The coins that we use every day are changing.
From the 1p to the £2, eight new coins will soon be entering our pockets and our piggy banks.
So, as we welcome the new era of King Charles III, both the ‘heads’ and ‘tails’ of our circulating coins will have brand new designs.
Read on to unveil The Royal Mint’s brand-new designs, learn about the history of Definitive coins and why this is the biggest change for British coins in 15 years…
The Coins of a New ‘Carolean’ Era
The coins, each designed by The Royal Mint, have been authorised by HM treasury and approved by King Charles III himself.
Over the past seven decades, our circulating coinage has undergone many changes, showcasing five different portraits of Her Majesty Queen Elizabeth II on the obverse, and two distinct reverse designs.
And even though we have seen His Majesty’s effigy on the obverse of several commemorative issues, this will be the first time we’ll see his portrait on the coins we find in our everyday change.
All reverse designs share a unique feature, setting each denomination against a stylised logo with 3 interlocking ‘Cs’, representing King Charles III.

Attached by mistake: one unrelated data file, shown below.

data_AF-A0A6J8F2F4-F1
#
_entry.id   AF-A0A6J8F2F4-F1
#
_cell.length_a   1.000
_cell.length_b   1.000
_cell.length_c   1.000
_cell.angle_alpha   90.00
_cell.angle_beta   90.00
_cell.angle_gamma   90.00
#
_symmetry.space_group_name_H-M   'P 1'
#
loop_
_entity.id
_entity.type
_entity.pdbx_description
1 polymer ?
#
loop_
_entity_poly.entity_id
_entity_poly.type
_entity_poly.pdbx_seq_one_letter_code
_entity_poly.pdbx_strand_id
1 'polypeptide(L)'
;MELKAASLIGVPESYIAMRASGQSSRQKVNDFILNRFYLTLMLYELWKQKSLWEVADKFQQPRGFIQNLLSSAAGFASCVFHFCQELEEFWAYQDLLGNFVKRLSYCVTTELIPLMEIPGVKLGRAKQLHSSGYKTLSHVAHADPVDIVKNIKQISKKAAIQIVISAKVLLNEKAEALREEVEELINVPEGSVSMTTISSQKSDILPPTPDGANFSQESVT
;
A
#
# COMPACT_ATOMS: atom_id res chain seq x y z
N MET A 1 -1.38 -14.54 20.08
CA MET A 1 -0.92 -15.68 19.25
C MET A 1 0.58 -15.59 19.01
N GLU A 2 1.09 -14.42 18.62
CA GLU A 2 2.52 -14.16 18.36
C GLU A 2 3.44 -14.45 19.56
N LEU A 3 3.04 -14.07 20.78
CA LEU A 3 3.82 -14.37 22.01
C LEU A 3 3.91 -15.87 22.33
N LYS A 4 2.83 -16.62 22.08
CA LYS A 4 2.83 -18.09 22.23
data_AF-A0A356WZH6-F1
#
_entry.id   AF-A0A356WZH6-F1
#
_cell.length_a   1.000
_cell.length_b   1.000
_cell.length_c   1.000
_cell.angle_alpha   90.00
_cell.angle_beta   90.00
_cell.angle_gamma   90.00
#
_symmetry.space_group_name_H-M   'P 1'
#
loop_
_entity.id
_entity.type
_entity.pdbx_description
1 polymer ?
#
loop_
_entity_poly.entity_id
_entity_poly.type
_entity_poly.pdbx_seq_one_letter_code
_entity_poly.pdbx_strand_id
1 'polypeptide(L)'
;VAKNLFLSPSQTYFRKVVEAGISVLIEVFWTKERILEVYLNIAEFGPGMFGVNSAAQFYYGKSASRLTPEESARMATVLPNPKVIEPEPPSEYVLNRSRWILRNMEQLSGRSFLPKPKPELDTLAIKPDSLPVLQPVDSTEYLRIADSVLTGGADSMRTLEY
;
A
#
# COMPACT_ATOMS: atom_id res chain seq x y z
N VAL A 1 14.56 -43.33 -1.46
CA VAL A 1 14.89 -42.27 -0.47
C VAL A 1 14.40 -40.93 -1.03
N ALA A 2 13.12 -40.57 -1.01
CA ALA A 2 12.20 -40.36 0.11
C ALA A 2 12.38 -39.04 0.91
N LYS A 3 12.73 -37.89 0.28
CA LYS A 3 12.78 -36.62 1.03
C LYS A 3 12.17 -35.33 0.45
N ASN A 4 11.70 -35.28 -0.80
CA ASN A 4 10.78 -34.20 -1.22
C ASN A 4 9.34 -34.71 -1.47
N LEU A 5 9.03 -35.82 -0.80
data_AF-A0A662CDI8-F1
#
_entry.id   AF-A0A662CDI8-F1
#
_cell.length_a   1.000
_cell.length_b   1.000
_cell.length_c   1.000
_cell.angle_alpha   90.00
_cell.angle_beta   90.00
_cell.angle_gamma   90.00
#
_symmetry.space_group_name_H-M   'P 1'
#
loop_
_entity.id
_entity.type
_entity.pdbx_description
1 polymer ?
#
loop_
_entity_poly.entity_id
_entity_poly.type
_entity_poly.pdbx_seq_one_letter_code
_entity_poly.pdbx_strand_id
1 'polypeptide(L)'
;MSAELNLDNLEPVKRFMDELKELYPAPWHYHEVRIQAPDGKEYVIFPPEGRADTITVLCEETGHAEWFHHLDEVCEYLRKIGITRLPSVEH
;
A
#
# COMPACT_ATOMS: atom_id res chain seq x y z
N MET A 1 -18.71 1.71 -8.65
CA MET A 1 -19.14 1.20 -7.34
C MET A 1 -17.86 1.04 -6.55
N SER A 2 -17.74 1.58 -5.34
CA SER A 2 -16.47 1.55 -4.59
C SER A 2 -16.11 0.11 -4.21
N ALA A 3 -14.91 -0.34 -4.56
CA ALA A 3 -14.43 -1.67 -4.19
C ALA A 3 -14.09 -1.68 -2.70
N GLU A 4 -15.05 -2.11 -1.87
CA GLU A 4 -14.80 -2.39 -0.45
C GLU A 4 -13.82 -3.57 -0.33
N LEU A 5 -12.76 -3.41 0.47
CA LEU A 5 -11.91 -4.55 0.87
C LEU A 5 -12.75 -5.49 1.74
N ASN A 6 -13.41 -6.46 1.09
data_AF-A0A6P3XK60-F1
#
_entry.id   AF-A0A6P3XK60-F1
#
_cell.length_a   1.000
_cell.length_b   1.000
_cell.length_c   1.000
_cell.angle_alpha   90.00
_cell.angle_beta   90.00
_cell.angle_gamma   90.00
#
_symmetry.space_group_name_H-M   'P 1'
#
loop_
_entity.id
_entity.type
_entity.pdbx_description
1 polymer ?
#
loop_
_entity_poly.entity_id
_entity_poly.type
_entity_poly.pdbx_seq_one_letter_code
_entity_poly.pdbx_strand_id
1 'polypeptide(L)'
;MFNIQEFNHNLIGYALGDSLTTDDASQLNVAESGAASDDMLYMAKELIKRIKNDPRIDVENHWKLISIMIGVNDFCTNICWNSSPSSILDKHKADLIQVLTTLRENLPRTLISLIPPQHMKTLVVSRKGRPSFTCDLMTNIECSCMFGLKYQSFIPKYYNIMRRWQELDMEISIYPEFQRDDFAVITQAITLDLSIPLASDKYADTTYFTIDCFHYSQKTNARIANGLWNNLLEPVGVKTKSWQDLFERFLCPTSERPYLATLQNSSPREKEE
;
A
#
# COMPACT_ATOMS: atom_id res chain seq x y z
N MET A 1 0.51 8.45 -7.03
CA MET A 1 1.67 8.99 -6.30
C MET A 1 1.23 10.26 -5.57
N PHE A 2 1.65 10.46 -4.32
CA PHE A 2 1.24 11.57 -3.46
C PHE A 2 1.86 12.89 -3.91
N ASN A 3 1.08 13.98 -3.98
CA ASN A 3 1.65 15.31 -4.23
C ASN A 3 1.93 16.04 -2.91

Before they gradually enter circulation, The Royal Mint have introduced the first strike of these coins in commemorative quality – with a special Privy Mark…
Inspired by Our Natural World
What’s more, each coin embodies King Charles III’s passion for nature & sustainability, presenting various symbols of Britain’s vast wildlife on the reverse designs. Having been a Patron of The Wildlife Trust since 1977, Charles’ affiliation for the natural world was a key inspiration for the designs of the UK’s new coinage.
The new £2 coin design represents the union of the United Kingdom with intermingling flowers from the four nations of the UK: the Rose, the Thistle, the Daffodil, and the Shamrock.
For the £1, 50p, 20p, 10p, 2p, and 1p, The Royal Mint have thoughtfully translated various wildlife creatures into innovative reverse designs.
For example, the £1 coin presents a pair of Bees, the 50p showcases a Salmon in water, the 20p a Puffin, the 10p a Scottish Capercaillie, 2p a Red Squirrel, and the 1p a sleeping Dormouse.
Finally, the 5p coin features a stunning combination of oak leaves and acorns – a perfect tribute to our natural world and England’s national tree.
The History of ‘Definitive’ Coinage
The eight different coin denominations which make up our everyday change (1p, 2p, 5p, 10p, 20p, 50p, £1, £2) began circulating in 1971. This followed Britain’s shift towards Decimalisation, a plan which had been in the making for over 10 years.
Multiple artists participated in a private design competition, and among them was Christopher Ironside, the chosen designer of the decimal coins. Ironside’s designs remained on the reverse of the definitive coins for 40 years, until Matt Dent proposed the idea of spreading the Shield of the Royal Arms over the definitive coins in 2005.
“This piecing together of the elements of the Royal Arms to form one design had a satisfying symbolism – that of unity, four countries of Britain under a single monarch.” – Matt Dent